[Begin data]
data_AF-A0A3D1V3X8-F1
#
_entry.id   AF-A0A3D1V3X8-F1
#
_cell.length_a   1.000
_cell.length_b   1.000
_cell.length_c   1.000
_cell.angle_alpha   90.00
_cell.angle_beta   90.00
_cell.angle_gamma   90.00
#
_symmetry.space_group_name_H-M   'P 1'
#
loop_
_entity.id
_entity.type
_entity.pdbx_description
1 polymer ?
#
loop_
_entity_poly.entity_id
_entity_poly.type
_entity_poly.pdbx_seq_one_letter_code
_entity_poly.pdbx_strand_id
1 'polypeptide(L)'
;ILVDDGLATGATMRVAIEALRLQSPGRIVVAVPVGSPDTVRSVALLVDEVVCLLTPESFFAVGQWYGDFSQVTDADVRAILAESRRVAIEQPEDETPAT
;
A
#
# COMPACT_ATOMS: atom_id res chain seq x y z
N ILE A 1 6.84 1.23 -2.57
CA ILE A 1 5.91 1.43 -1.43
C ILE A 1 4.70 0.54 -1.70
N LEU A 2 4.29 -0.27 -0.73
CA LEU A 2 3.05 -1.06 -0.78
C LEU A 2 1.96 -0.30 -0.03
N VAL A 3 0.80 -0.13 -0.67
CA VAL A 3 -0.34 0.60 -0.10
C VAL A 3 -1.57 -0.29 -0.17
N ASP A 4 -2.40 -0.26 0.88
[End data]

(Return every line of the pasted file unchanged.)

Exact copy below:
data_AF-A0A3D1V3X8-F1
#
_entry.id   AF-A0A3D1V3X8-F1
#
_cell.length_a   1.000
_cell.length_b   1.000
_cell.length_c   1.000
_cell.angle_alpha   90.00
_cell.angle_beta   90.00
_cell.angle_gamma   90.00
#
_symmetry.space_group_name_H-M   'P 1'
#
loop_
_entity.id
_entity.type
_entity.pdbx_description
1 polymer ?
#
loop_
_entity_poly.entity_id
_entity_poly.type
_entity_poly.pdbx_seq_one_letter_code
_entity_poly.pdbx_strand_id
1 'polypeptide(L)'
;ILVDDGLATGATMRVAIEALRLQSPGRIVVAVPVGSPDTVRSVALLVDEVVCLLTPESFFAVGQWYGDFSQVTDADVRAILAESRRVAIEQPEDETPAT
;
A
#
# COMPACT_ATOMS: atom_id res chain seq x y z
N ILE A 1 6.84 1.23 -2.57
CA ILE A 1 5.91 1.43 -1.43
C ILE A 1 4.70 0.54 -1.70
N LEU A 2 4.29 -0.27 -0.73
CA LEU A 2 3.05 -1.06 -0.78
C LEU A 2 1.96 -0.30 -0.03
N VAL A 3 0.80 -0.13 -0.67
CA VAL A 3 -0.34 0.60 -0.10
C VAL A 3 -1.57 -0.29 -0.17
N ASP A 4 -2.40 -0.26 0.88